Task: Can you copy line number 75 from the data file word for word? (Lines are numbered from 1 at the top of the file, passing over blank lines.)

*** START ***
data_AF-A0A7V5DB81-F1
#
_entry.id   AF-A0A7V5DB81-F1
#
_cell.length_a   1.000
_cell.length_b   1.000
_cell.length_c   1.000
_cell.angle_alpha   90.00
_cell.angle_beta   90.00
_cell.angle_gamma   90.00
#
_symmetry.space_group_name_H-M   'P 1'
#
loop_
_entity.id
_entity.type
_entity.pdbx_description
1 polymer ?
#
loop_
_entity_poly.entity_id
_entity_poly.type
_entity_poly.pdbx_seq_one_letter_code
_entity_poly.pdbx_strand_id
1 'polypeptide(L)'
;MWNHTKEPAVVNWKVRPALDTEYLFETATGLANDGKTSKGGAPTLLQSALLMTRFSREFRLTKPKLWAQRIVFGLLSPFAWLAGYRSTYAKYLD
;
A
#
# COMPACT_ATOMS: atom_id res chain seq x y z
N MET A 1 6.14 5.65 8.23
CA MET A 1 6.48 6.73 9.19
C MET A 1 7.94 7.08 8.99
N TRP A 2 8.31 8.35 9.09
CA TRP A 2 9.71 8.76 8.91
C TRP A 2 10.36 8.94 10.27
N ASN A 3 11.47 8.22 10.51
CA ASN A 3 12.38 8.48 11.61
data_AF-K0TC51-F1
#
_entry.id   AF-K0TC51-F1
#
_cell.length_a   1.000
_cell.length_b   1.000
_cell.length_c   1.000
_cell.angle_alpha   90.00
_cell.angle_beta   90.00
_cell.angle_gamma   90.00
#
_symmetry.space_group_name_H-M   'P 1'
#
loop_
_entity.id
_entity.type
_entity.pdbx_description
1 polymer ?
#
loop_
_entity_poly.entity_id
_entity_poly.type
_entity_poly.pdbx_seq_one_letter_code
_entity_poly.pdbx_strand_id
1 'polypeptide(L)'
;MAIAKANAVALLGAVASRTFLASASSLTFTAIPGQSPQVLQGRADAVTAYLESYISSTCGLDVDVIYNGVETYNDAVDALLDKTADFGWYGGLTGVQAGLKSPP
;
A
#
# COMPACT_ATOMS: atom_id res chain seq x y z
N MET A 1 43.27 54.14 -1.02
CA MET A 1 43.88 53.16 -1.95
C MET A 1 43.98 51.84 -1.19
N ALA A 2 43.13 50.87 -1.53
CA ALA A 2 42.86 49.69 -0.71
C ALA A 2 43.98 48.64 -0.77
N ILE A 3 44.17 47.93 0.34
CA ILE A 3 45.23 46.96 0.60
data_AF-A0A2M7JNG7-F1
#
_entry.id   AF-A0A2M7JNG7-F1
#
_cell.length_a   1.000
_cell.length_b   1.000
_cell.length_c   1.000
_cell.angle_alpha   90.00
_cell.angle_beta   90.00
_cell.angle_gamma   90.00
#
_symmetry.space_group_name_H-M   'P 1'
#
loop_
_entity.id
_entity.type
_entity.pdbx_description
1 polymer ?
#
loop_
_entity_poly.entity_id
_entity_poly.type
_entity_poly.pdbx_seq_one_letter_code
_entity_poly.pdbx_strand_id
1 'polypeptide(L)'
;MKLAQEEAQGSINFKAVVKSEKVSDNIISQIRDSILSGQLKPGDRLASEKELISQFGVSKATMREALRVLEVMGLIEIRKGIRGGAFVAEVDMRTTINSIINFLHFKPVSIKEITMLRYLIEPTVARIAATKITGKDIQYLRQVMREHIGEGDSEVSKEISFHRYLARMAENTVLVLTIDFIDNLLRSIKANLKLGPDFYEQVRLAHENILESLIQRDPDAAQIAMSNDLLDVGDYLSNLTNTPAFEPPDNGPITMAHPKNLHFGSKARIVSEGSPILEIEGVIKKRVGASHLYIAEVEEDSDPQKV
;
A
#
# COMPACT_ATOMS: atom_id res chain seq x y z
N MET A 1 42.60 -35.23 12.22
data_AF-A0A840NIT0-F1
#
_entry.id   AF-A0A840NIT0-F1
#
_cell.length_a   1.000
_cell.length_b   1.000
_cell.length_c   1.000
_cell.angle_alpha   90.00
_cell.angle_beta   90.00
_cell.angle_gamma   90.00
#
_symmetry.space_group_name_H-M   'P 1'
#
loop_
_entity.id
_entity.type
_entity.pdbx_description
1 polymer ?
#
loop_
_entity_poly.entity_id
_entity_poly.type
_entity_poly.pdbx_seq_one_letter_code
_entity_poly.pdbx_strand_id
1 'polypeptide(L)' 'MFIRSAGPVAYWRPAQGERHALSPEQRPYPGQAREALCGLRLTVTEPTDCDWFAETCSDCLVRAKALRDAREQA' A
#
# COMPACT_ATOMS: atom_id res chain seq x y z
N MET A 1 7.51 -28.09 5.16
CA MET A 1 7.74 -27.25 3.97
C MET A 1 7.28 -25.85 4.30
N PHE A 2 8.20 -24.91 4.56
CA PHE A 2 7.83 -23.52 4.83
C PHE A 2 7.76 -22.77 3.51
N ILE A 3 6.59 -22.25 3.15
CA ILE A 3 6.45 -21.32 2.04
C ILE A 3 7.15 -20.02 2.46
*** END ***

N ILE A 3 44.17 47.93 0.34